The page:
Greener Than You’d Think
With all the talk lately about climate change, carbon capture and concepts such as lean, the notion of finding new and better ways of doing things – or better ways to reduce our impact on the environment – is front and centre. But maybe we should be a little less cynical.
For all the criticism of the utility sector on this front, these companies are the most likely in the country to be employing new technology, especially in the area of reduced environmental impact.
A new study by StatsCan also shows that big business is most likely to adopt what they call an advanced technology. Utilities obviously fall into that category.
Small businesses – those with fewer than 100 employees – are half as likely to be deploying advanced technology.
In previous reviews of this topic, StatsCan looked only at manufacturers but now has expanded its scope and found utilities to be at the forefront of advanced technology, including green technology.
Here’s one other surprise: mining and oil and gas were the second most likely to adopt green technology followed by manufacturing.
Tough to be a Builder These Days
The cost of buying a newly-built house is going down. And it’s going down faster in Saskatchewan than anywhere else.
Saskatchewan homebuilders spent most of the last decade playing catch up. Thousands of people were moving to the province – coming from all over the world and the rest of the country – to capitalize on our growth spurt.
The last year or so, however, has seen the growth in our population slow so the buyer-pool is not growing as rapidly.
The challenge for builders, however, is that it takes the better part of a year to complete a new-build and they had a lot of inventory in progress when the slow down started. So they have excess inventory today. That’s why starts have contracted lately and prices are now falling.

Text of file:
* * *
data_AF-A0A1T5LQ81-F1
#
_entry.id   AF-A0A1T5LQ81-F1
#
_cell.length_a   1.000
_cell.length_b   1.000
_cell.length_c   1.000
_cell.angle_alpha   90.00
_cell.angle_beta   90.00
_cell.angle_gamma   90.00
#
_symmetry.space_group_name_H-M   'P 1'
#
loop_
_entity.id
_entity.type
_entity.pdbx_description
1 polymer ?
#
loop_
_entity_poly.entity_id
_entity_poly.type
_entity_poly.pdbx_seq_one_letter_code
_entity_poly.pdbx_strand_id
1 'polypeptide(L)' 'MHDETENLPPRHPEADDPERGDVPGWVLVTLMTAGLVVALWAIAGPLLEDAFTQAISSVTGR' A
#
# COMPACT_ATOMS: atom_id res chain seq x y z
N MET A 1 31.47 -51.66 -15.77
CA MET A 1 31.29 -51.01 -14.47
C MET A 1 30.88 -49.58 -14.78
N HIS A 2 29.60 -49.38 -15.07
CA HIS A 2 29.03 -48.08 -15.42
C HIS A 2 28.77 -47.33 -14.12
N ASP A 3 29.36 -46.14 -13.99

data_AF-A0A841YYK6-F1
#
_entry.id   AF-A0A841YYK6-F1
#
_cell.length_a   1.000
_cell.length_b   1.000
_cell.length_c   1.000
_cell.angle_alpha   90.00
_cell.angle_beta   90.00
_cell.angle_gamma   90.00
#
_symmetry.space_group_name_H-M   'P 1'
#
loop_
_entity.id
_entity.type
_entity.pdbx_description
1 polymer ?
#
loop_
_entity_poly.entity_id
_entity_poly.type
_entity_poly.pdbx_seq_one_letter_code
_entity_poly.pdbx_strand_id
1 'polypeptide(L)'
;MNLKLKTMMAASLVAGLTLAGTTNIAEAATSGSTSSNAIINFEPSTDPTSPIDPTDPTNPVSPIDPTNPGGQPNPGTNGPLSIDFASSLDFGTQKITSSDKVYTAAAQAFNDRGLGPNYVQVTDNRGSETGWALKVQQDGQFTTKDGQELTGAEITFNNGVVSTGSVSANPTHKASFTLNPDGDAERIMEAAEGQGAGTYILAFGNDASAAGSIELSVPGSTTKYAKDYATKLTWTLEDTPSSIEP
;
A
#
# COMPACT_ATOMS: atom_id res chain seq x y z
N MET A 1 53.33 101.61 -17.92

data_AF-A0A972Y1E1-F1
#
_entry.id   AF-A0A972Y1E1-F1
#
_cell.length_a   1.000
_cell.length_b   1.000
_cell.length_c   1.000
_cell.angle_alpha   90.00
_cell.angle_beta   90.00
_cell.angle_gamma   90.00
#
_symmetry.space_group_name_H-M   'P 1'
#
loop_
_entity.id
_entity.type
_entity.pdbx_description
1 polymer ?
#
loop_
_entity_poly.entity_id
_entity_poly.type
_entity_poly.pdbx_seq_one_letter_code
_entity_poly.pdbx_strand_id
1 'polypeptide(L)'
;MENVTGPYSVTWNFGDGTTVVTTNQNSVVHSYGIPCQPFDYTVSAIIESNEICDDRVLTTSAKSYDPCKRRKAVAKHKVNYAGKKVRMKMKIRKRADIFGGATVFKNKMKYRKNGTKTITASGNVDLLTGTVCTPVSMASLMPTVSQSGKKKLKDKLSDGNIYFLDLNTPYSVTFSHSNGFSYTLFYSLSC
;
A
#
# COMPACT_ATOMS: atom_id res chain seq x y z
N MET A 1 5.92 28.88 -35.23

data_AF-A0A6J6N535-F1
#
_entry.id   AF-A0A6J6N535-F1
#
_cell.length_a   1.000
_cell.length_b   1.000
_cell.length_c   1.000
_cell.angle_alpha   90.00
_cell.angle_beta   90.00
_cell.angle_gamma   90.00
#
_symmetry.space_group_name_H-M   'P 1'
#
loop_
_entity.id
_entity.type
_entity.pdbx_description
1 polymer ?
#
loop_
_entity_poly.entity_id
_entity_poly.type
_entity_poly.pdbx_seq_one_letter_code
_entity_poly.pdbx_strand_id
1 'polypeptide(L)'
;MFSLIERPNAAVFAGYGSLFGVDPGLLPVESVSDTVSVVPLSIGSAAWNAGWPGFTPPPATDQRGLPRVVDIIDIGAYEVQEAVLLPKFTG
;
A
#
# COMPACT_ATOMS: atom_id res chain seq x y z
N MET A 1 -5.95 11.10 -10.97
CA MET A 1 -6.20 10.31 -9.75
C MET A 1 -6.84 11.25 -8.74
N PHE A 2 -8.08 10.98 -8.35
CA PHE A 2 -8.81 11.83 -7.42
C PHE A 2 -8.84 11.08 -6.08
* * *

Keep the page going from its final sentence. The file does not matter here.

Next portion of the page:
The cost of new home construction in Regina fell 1.6 per cent in the past year. In Saskatoon the drop was 1.1 percent, all of it coming out builder margins. Those were the largest drops in the country among major cities as we look for equilibrium between buyers and sellers.
A new economic forecast – this one from the economics unit at RBC Royal Bank – is stretching the goalposts.
Most of the private sector economists have been pegging Saskatchewan’s prospects for this year at just a pinch below breakeven. One last week, for example, suggested the economy would contract by one-tenth of a point.
RBC’s forecast though is a bit more bearish with a projection of a six-tenths of a point decline this year.
But, conversely, while other forecasters think next year will bring growth of between 1.5 and 2 percent, RBC says it will be better. They think it will grow by 2.5 percent in 2016, largely on the strength of the agriculture sector. Looking into 2017, they expect growth of 1.7 per cent.
The bank says potash production has been better than originally forecast for this year. The same story holds for farming. Early in the summer, the bank was factoring drought conditions into its projection but then the rains in late July produced a better-than-expected harvest. They think next year will be more normal.
It is Indeed Working
After some tweaking, it’s working.
The time has come for the story surrounding the Boundary Dam carbon capture project to change. Much of the coverage surrounding the plant has centred on delays and output, even though most projects of this scale have start-up hiccups.
Since that noise began, which even included a mention in the US Senate, engineers and designers have been tweaking the plant’s inner workings. And, they now have it running at its design capacity.
SaskPower has now run the plant for an extended period at optimum performance. And there were no problems….Boundary Dam’s carbon capture facility is now functional.
Ironically, it has been dialed back a bit because SaskPower is producing or capturing more CO2 than it has sold which gives them time to fine tune this first-of-a-kind technology even more. But the upshot is that the plant is functioning as designed, the first major commercial operation in the world …a significant milestone as one US plant trying to achieve the same thing is two years behind and $4 billion over budget.
Paul Martin You’ve heard him on the radio, seen him on TV and read him in newspapers and magazines. Paul is a popular keynote speaker on topics ranging from the economy to tapping community potential. His unique blend of communication and business knowledge has made him a highly sought-after consultant. As the Chair of Martin Charlton Communications, Paul is MCC’s ‘go to’ guy for all things business in Saskatchewan. He is the chair of four Saskatchewan branches of TEC (The Executive Committee) – a global organization dedicated to improving the performance and enhancing the lives of CEOs – which has over 50 CEOs and senior executives among its Saskatchewan members. The long and short: Paul knows the province’s corporate community and business economy like few others. He is a potent conduit for anyone looking to do business in Saskatchewan, Canada’s fastest growing economy. His strategic advice is unrivalled.